by Jen Kohl
Campbell County Judge Executive Steve Pendery released statements last month about the need for a regional project to upgrade Northern Kentucky’s public safety radio system.
He explained the reasons why the project is needed in our region and said that Campbell County is working with Boone and Kenton Counties to design and build a new infrastructure.
Campbell County's current public safety radio system consists of an analog system put in place in 1968, which is equivalent to WWII technology. This technology has lead to poor coverage in parts of the county. Fire and EMS have to use one channel while police are on a different one. The two can not talk to one another or talk to agencies outside our county. Pendery described the system as the old “party line” telephone where only one person can talk at a time on a particular line.
According to Pendery, the counties are now in the same place with our radio systems that private citizens were in when we all had to upgrade our old TVs from analog to digital ta few years ago. He says our analog systems have reached the end of their useful lives and are no longer being supported.
"We have gone overboard to squeeze every year of service out of the systems that we could, but now that it is time to replace them, we would be foolish not to convert to a new, much more capable technology. The best solution financially and operationally is a digital system, otherwise known as P25 800Megahertz (800MHz) Digital Public Safety Radio," Pendery said.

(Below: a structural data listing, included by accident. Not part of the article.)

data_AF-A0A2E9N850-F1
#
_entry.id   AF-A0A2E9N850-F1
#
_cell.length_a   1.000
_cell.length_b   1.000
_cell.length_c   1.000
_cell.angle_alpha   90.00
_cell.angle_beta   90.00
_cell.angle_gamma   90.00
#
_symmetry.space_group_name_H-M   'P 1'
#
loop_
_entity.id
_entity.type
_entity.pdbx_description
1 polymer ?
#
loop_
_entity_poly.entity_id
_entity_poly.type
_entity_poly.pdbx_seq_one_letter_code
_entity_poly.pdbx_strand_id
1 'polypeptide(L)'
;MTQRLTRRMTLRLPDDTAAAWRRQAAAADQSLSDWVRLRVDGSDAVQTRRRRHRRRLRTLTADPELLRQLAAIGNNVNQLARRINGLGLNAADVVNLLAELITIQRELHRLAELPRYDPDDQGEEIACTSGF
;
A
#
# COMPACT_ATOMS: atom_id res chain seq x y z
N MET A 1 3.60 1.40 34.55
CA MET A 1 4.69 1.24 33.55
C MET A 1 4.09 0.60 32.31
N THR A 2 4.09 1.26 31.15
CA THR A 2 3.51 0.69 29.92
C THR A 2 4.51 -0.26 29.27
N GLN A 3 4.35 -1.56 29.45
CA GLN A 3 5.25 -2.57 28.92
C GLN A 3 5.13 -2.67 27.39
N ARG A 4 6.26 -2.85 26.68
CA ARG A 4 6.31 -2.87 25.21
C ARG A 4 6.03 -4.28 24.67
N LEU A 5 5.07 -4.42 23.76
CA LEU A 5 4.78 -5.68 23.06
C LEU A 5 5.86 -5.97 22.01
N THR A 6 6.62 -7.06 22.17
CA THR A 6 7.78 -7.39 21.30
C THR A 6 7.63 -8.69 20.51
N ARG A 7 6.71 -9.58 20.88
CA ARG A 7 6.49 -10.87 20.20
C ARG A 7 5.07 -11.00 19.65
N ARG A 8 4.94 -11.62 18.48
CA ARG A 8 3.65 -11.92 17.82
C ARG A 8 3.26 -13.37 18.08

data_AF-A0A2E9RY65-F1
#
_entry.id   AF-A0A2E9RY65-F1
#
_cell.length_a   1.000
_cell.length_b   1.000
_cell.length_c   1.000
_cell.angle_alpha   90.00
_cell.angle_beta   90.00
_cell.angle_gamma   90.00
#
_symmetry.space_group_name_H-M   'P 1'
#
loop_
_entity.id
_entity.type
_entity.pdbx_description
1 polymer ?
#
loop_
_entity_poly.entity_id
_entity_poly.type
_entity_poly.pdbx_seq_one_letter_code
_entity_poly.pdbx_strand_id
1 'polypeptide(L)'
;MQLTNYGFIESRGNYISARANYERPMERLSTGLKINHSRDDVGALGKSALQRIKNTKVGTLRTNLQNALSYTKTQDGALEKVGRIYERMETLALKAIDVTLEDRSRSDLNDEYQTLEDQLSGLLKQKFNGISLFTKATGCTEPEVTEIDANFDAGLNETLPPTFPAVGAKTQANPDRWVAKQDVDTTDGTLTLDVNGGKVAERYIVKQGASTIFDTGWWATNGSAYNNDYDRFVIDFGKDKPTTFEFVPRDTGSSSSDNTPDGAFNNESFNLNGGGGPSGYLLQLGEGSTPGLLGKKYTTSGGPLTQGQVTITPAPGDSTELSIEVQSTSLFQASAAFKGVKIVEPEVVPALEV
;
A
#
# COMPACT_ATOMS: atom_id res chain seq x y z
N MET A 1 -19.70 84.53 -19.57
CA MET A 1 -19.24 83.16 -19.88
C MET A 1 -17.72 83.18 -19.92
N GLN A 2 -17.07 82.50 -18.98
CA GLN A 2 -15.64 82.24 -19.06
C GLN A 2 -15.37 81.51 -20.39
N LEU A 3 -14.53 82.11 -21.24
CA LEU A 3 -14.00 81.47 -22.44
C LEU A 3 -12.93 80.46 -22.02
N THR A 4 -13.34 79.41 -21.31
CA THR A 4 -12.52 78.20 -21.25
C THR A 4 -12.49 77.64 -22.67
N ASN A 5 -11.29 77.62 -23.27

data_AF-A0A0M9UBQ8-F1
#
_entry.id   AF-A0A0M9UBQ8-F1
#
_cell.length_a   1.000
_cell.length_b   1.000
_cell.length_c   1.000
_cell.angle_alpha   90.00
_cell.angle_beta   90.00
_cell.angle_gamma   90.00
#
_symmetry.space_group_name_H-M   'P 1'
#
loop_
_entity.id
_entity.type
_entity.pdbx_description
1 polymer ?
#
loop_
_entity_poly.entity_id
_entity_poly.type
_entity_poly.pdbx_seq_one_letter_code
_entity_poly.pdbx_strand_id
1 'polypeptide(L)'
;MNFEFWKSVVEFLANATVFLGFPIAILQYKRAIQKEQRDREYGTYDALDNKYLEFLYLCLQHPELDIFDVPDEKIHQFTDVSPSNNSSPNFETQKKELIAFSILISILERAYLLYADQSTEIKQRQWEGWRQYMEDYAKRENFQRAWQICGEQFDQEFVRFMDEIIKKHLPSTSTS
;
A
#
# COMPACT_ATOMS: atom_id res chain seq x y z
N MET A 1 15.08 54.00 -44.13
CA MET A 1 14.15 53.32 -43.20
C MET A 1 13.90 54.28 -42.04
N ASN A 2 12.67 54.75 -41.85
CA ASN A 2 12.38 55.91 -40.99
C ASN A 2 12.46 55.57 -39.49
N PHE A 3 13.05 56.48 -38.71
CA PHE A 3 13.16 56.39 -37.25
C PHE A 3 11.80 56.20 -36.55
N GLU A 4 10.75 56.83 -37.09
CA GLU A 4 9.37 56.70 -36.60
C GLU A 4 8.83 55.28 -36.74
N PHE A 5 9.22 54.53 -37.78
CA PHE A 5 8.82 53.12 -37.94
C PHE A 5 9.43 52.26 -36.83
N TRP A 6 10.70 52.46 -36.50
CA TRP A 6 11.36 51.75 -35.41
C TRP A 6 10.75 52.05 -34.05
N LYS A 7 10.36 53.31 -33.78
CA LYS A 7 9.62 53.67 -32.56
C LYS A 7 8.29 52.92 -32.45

The 800MHz radio systems were implemented in Cincinnati and Hamilton County nearly 20 years ago and, since then, across all of Ohio and Indiana and in various Kentucky communities.
Pendery says the all-digital system will allow police and fire personnel to talk to one another and have multiple conversations at once.
"Our ability to communicate and respond effectively during disasters or big events will be significantly improved because we will be able to talk to other jurisdictions via radio for the first time," Pendery said.
Designing a system that all can use will eliminate duplication of radio towers and save tax dollars.
Pendery also said this is not a consolidation of the three counties’ dispatch operations but a three-county project "to jointly design, procure, build, and maintain the core of a public safety radio system."
The project is set to be underway next summer and then launch the new system in late 2018.
Costs can not be determined until proposals come in. However, Campbell County will be responsible for 27.8% of the project’s shared infrastructure costs, based on population, land area and other factors.
"Where public safety radio systems are concerned, we are moving into the 21st century at last," Pendery added.